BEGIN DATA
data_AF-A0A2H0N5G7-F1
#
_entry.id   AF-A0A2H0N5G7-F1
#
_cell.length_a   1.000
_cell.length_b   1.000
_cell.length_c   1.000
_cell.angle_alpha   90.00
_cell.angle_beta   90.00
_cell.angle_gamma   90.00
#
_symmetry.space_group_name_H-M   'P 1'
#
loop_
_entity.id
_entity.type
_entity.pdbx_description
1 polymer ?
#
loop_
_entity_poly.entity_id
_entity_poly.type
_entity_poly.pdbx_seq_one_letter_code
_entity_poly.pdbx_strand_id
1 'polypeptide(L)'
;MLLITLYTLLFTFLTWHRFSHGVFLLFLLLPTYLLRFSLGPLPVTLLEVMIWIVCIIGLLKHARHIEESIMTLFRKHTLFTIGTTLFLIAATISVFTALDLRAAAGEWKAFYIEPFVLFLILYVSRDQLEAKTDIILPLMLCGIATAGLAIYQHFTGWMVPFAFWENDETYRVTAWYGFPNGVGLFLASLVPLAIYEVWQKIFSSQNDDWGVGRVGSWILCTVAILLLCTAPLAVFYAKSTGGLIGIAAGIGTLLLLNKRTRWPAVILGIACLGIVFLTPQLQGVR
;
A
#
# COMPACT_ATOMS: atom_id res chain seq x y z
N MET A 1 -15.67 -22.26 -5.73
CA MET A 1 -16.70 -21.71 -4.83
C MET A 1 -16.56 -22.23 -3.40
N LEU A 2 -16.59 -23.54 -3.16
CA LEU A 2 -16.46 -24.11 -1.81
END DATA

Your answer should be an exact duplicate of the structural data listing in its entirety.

data_AF-A0A2H0N5G7-F1
#
_entry.id   AF-A0A2H0N5G7-F1
#
_cell.length_a   1.000
_cell.length_b   1.000
_cell.length_c   1.000
_cell.angle_alpha   90.00
_cell.angle_beta   90.00
_cell.angle_gamma   90.00
#
_symmetry.space_group_name_H-M   'P 1'
#
loop_
_entity.id
_entity.type
_entity.pdbx_description
1 polymer ?
#
loop_
_entity_poly.entity_id
_entity_poly.type
_entity_poly.pdbx_seq_one_letter_code
_entity_poly.pdbx_strand_id
1 'polypeptide(L)'
;MLLITLYTLLFTFLTWHRFSHGVFLLFLLLPTYLLRFSLGPLPVTLLEVMIWIVCIIGLLKHARHIEESIMTLFRKHTLFTIGTTLFLIAATISVFTALDLRAAAGEWKAFYIEPFVLFLILYVSRDQLEAKTDIILPLMLCGIATAGLAIYQHFTGWMVPFAFWENDETYRVTAWYGFPNGVGLFLASLVPLAIYEVWQKIFSSQNDDWGVGRVGSWILCTVAILLLCTAPLAVFYAKSTGGLIGIAAGIGTLLLLNKRTRWPAVILGIACLGIVFLTPQLQGVR
;
A
#
# COMPACT_ATOMS: atom_id res chain seq x y z
N MET A 1 -15.67 -22.26 -5.73
CA MET A 1 -16.70 -21.71 -4.83
C MET A 1 -16.56 -22.23 -3.40
N LEU A 2 -16.59 -23.54 -3.16
CA LEU A 2 -16.46 -24.11 -1.81